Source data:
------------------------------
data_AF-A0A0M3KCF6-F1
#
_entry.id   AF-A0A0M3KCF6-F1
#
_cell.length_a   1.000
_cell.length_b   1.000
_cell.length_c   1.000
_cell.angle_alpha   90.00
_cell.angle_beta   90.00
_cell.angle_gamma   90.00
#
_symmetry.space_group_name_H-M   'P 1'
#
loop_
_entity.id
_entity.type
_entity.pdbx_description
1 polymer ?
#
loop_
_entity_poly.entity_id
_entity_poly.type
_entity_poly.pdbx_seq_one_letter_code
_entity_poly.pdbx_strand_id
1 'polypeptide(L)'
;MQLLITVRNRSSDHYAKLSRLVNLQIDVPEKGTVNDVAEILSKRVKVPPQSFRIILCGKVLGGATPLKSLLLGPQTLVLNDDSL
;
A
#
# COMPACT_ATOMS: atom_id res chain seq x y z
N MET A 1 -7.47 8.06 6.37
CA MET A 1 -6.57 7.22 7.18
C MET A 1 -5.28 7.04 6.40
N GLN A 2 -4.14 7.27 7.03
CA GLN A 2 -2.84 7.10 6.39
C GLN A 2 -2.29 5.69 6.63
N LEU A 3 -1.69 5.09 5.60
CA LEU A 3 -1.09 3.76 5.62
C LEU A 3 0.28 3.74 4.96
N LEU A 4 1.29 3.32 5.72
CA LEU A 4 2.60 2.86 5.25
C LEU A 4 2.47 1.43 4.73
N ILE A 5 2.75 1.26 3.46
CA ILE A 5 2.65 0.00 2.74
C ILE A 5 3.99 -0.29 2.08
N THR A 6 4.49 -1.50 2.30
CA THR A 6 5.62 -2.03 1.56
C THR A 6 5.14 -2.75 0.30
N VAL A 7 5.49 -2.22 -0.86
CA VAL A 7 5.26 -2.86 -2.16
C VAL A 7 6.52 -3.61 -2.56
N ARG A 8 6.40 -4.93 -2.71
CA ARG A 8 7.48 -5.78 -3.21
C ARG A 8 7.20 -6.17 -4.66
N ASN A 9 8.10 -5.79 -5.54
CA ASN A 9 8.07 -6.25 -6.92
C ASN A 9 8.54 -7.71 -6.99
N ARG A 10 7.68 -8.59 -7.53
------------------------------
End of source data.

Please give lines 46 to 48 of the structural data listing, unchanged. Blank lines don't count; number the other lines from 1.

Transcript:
N THR A 6 4.49 -1.50 2.30
CA THR A 6 5.62 -2.03 1.56
C THR A 6 5.14 -2.75 0.30